2 Replies Latest reply on Oct 8, 2013 10:56 AM by PhilM

    Possible DNS problem causing significant performance issues

    PhilM

      I've been working with a customer on and off for some time with an apparent DNS issue which I am not seeing anywhere else.

       

      The customer is running a split-DNS configuration which (for historical reasons) is our preferred method - we feel that having split DNS running solves more issues than it introduces and we continue to run split DNS on our own MFE appliance.

       

      The primary symptom is the Firewall slowing down to a crawl (to the point where it can take upwards of 30 seconds to log via SSH) and running the top command results in the 3 load average values exceeding 20. Normally I would expect these values to be, at most, 4.

       

      Rebooting the internally-hosted Windows DNS servers offers temporary respite, with the load averages on the Firewall dropping back down to an acceptable level. But, within a few minutes the value will begin to climb to the point where the system is virtually non-responsive again.

       

      When the customer first reported this they were running 8.3.0 and we noticed that their HA cluster was reporting the availability of 8.3.1. When I read the release note/readme for this patch and discovered that it contained a fix for the bind process it seemed like a no-brainer. So, I recommended that he install this update to his two appliances, which he duly did. Later that day he reported that following installation everything seemed to have calmed down and he was happy this was probably the end of the issue.

       

      Fast forward a few months to the end of last week and he called reporting identical symptoms. Again, taking one or more of his internal DNS servers down for a period of time seemed to allow the Firewall to recover, but re-introducing them would see the load average on the cluster start to climb once again.

       

      While I was on the phone to another customer I received a message to say that this particular customer had called in again. When I returned the call he said it was about the same issue, but in the time it took me to get back to him he decided to switch the DNS configuration of his 8.3.1 cluster from split DNS servers to transparent mode and the problem had once again gone away.

       

      Sure enough, I've just logged in and everything look sunny again. However, I am concerned that rather than fixing the problem he may have just moved it somewhere else.

       

      Can anyone offer any thoughts on what might have been causing the original issue?

       

      -Phil.

        • 1. Re: Possible DNS problem causing significant performance issues
          sliedl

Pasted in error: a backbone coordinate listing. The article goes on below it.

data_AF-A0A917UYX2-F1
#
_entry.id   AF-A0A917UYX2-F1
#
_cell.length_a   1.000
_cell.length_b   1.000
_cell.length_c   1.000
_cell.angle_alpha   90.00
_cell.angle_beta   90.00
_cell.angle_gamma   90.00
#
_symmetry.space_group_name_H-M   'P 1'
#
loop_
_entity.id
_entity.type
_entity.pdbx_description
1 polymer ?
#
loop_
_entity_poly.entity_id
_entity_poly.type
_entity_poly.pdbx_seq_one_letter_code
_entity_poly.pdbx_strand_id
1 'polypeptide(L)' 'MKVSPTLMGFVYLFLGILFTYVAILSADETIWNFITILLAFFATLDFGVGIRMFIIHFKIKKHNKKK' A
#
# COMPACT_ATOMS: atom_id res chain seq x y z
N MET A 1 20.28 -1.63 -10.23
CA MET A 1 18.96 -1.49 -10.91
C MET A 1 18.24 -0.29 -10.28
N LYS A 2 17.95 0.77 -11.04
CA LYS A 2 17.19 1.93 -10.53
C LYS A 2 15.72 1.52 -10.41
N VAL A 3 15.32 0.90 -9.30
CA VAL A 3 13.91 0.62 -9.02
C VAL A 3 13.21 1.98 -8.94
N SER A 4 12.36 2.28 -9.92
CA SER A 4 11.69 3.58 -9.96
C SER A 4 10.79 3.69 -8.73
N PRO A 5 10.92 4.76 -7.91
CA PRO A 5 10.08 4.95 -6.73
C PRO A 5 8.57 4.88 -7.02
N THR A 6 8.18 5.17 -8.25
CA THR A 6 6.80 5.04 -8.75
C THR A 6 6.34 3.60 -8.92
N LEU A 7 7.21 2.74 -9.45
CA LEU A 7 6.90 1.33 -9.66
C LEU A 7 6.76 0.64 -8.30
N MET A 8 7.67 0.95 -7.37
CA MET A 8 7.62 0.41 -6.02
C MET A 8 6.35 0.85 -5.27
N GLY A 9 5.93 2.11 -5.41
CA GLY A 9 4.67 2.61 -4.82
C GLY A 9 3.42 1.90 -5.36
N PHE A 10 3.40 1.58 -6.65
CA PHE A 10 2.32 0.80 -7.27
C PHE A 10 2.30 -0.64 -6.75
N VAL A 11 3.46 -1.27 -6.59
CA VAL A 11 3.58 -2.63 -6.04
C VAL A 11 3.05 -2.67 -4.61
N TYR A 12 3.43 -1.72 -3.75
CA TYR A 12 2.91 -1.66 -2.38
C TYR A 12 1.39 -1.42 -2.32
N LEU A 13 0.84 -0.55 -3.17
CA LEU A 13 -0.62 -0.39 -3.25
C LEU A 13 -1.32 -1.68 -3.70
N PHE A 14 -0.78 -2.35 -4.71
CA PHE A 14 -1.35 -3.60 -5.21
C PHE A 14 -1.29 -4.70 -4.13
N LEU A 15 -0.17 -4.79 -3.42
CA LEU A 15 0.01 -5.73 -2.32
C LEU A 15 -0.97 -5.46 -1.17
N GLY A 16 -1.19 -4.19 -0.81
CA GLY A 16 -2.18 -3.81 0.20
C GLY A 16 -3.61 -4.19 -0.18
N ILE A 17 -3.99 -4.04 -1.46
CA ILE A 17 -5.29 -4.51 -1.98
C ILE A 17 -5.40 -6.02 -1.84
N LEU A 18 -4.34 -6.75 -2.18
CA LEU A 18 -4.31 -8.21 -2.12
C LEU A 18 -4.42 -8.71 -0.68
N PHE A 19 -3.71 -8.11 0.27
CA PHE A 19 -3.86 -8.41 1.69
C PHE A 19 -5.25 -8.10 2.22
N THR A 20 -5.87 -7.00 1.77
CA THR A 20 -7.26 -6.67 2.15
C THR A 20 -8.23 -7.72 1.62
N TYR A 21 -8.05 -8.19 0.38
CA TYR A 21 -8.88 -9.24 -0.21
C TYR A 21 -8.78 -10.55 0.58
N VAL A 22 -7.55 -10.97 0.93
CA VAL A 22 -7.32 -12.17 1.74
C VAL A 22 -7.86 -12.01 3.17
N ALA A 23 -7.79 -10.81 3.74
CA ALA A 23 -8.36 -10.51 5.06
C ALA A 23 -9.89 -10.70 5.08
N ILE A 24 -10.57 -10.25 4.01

That's a tough one to guess on.  We'd have to troubleshoot it while it's happening.  Perhaps there were large zone transfers going on?  Perhaps some kind of DNS attack from the inside?  It sounds like the firewall was being overwhelmed by the amount of traffic it was receiving.

          • 2. Re: Possible DNS problem causing significant performance issues
            PhilM

            I agree it is a difficult one.

             

            Understandably given the delicate nature of 'uptime' because the problem resulted in a loss of DNS resolution and that in turn pretty much brought everything to a halt I completely understood why my customer was more interested in making the problem go away than understanding what the cause was.

             

            Looking at the audit, there didn't appear to be an abnormal amount of audited DNS traffic. On a previous encounter with another customer who had a machine which had been compromised by one of the then popular nasties which flooded the gateway with ICMP traffic, when you loaded the audit viewer it pretty much scrolled continuously with audit records pertaining to the outbound ping rule. In this case, if I were to offer an objective opinion the audit didn't suggest the same was happening with DNS.

             

            All I could see was the the load average values from the 'top' command where much higher than I'd ever expect them to be (I was originally trained on Sidewinder 5.x by Todd Ferweda and I still have written on my training notes "Load aversage >4 = BAD") at 20+ and they were only getting larger and the DNSp service was taking up quite more CPU% than I would expect it to. I can't remember off the top of my head but it was in the 30-40% bracket.

             

            The rest is as per my original post.

             

            Given the hunch that switching to transparent mode may have simply 'moved' the problem I have warned the customer that if one or more of his internal DNS server has been compromised as it is performing some kind of DNS-base poisioning attack of DoS attempt he may find his public IP becoming blacklisted by external reputation services.

             

            Given the system is now running in transparent mode, is there anything you can suggest (tcpdump or other CLI tool) which could show him if one of his internal hosts had become an attack source?

             

            -Phil.